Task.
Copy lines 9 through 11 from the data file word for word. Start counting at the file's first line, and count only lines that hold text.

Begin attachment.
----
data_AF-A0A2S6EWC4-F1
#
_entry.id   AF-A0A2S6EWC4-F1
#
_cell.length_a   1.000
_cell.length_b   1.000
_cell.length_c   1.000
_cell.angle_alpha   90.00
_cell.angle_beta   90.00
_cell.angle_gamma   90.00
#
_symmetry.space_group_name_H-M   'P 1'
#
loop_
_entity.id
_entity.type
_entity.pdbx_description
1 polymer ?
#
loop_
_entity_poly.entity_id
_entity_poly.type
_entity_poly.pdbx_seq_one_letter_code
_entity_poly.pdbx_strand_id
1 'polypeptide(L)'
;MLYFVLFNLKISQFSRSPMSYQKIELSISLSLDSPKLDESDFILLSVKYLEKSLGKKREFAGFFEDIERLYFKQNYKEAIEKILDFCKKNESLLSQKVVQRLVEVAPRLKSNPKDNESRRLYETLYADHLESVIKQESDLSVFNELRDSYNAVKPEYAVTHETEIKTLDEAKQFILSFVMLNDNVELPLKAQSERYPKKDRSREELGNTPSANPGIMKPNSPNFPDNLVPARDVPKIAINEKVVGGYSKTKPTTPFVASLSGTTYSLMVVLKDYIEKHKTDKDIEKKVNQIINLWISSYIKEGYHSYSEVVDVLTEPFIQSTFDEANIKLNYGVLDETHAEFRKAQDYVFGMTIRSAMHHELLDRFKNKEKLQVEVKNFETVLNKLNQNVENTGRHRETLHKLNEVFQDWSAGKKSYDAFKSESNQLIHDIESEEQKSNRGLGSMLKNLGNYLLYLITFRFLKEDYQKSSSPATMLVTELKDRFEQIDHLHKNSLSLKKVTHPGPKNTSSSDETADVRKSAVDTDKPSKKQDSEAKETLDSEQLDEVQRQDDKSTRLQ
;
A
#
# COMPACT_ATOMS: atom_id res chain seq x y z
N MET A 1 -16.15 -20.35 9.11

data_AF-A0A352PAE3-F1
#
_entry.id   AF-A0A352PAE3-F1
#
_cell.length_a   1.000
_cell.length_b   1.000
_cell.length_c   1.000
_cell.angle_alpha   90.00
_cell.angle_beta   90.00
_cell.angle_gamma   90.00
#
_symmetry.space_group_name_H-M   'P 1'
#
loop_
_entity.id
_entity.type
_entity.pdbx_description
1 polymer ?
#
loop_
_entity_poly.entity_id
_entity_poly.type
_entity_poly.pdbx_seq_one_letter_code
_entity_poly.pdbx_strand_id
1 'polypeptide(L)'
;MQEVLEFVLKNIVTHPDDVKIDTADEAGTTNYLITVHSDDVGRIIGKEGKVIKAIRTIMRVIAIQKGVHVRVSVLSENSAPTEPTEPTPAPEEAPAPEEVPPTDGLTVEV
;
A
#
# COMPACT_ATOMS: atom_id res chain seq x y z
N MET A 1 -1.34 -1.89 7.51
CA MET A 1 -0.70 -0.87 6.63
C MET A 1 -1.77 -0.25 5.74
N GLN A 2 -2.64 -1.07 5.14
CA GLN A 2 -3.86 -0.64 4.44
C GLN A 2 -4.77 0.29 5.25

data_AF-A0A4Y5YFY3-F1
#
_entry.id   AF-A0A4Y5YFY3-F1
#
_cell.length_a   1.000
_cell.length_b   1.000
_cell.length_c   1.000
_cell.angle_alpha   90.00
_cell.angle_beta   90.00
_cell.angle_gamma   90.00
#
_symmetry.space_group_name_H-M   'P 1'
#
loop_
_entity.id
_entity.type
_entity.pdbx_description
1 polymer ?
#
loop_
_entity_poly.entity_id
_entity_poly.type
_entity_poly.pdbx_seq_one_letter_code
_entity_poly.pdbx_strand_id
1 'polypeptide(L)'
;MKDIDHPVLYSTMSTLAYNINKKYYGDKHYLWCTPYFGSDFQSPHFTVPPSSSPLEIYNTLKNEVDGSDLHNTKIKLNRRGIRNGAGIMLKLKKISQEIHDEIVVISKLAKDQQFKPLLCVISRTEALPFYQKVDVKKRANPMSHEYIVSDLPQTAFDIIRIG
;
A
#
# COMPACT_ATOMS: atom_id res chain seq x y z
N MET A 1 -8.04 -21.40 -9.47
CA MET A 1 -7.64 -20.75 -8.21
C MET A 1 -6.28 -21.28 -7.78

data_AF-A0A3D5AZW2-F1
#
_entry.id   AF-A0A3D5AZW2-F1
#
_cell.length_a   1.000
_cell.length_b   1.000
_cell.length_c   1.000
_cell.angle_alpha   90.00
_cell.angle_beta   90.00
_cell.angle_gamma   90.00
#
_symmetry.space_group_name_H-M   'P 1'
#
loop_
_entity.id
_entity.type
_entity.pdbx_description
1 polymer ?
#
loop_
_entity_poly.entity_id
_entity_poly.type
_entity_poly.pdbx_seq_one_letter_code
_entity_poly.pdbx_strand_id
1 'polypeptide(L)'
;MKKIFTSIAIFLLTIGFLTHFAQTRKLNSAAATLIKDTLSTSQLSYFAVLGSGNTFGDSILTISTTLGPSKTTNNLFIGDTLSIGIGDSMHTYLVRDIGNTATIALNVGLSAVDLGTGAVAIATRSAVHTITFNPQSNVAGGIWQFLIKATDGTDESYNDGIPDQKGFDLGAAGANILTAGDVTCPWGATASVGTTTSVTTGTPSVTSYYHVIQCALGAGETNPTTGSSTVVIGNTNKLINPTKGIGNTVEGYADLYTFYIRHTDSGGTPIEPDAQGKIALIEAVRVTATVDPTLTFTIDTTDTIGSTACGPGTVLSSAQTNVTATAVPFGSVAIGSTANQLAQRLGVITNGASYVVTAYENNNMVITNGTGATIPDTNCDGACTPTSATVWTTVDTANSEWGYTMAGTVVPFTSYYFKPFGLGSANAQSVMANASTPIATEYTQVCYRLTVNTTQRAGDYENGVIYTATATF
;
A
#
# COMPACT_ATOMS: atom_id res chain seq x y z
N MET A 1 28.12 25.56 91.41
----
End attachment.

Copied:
_cell.angle_beta   90.00
_cell.angle_gamma   90.00
#